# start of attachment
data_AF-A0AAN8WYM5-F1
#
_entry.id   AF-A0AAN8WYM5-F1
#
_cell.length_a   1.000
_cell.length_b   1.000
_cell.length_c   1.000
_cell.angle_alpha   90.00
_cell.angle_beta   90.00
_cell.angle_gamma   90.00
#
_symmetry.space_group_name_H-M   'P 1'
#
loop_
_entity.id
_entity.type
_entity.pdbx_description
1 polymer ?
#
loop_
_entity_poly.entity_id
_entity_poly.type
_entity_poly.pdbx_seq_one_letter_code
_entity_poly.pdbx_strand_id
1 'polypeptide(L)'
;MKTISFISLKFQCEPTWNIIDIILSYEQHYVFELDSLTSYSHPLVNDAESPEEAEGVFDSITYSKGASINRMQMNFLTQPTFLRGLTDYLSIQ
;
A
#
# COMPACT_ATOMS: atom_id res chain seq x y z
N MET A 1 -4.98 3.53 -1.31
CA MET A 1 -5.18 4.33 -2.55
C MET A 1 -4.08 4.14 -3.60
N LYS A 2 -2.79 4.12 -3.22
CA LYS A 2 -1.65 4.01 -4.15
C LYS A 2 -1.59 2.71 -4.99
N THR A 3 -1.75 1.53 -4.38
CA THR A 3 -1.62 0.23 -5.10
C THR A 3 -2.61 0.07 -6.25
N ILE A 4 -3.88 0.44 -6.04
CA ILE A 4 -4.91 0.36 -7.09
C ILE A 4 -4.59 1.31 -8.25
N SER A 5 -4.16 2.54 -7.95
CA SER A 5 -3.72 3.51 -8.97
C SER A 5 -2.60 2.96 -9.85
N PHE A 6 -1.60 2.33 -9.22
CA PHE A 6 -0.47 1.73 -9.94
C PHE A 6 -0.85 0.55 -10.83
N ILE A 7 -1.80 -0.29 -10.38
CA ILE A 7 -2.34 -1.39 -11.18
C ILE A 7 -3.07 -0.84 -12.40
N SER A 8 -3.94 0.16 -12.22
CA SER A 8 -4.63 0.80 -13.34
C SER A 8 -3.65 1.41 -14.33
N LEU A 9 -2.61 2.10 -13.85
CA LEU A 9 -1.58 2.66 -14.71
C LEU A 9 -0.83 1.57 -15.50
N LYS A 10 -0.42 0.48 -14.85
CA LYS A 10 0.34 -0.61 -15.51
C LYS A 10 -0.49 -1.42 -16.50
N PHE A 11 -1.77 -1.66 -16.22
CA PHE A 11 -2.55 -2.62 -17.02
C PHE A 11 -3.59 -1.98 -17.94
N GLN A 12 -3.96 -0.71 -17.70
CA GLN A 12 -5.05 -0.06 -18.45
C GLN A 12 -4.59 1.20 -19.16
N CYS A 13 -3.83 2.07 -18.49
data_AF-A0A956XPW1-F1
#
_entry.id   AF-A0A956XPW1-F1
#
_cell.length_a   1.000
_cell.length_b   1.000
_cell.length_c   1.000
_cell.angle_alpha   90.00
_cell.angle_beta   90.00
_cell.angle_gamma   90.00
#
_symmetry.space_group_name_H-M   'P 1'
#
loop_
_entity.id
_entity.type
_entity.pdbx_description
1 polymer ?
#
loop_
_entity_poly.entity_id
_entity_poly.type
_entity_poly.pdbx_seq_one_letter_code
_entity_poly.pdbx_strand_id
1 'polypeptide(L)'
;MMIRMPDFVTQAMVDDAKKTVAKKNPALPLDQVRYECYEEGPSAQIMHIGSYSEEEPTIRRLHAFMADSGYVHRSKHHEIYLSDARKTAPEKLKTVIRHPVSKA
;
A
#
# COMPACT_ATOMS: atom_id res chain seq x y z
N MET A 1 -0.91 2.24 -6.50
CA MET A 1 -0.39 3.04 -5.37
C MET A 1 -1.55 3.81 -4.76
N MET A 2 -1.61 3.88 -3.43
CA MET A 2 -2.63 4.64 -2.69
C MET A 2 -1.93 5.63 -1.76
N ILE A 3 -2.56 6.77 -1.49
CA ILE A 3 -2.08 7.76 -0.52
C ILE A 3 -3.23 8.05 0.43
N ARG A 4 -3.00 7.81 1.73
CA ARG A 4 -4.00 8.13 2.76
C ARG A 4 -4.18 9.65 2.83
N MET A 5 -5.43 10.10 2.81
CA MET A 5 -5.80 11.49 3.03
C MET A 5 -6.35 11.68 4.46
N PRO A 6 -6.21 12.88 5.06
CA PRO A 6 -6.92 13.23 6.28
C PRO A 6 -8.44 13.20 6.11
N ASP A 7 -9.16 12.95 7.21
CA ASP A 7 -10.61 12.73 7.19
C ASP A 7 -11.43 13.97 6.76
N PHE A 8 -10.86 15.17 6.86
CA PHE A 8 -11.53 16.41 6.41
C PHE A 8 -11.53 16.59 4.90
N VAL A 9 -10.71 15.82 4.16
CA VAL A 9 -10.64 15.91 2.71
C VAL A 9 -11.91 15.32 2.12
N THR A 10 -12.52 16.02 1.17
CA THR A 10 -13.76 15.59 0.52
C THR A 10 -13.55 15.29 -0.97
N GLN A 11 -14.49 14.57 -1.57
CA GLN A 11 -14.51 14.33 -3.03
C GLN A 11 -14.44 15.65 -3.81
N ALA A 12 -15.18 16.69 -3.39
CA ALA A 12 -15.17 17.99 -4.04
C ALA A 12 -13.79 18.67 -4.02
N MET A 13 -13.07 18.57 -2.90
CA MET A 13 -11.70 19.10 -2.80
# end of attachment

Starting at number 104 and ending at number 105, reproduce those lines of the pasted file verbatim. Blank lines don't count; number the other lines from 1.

N ILE A 3 -2.56 6.77 -1.49
CA ILE A 3 -2.08 7.76 -0.52